//27 Jul 2012

Meat and eggs from birds reared in higher welfare systems are also better nutritionally, claims Compassion in World Farming in a new report.

Based on an extensive literature review, the study says that free-range and organic chicken typically have between 8% and 49% less fat than intensively-farmed birds. “Fat content of chicken meat is also lower for slower-growing genotypes compared with fast-growing genotypes,” it adds.

CIWF also looked at the proportion of omega-3 fatty acid in poultry and concluded that it “tends to be higher in chicken meat from free-range systems compared with indoor systems”.

The report also shows that male birds from layer breeds also have significantly higher levels of long-chain omega-3 in their meat.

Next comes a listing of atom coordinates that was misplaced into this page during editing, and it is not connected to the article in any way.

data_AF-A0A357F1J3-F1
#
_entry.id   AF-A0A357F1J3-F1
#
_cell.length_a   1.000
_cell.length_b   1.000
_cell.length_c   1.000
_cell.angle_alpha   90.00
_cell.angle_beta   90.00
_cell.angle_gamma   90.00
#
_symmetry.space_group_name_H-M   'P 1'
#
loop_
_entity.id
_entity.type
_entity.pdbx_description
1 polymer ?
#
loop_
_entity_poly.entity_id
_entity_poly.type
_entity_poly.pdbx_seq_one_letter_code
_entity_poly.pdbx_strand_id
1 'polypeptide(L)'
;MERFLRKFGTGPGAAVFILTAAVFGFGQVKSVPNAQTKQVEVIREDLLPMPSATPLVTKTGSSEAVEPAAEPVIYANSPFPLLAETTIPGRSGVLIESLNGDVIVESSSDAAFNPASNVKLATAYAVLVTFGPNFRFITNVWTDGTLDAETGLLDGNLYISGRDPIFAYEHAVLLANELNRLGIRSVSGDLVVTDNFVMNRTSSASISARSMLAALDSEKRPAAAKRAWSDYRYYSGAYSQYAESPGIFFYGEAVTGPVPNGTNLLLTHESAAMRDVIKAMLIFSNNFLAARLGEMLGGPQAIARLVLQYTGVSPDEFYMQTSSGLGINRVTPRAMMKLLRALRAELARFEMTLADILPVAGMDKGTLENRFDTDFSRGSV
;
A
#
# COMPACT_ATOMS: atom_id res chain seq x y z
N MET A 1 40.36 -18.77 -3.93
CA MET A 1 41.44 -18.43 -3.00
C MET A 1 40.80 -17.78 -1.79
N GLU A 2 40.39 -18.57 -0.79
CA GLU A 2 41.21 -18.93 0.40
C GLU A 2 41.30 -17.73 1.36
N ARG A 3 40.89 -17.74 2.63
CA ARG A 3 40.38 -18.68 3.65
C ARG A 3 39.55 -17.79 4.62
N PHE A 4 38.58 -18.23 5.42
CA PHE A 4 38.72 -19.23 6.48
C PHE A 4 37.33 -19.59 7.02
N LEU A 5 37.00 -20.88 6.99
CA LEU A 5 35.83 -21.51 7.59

“It is standard practice to kill these male chicks post hatching,” it says. “Creating a premium market for these birds based on the nutritional qualities of the meat would be highly desirable from an ethical point of view.”

But the CIWF report also concedes that differences in fat content and omega-3 levels “are not consistent across all studies”, while there may be shortcomings arising from differences in methodology between studies.

“In many cases, it is difficult to determine whether differences in nutritional content are a result of the system per se, or a result of the differing ages of the animal being compared.” It also adds that “the actual level of welfare attained in any production system is dependent on the level of management skill applied.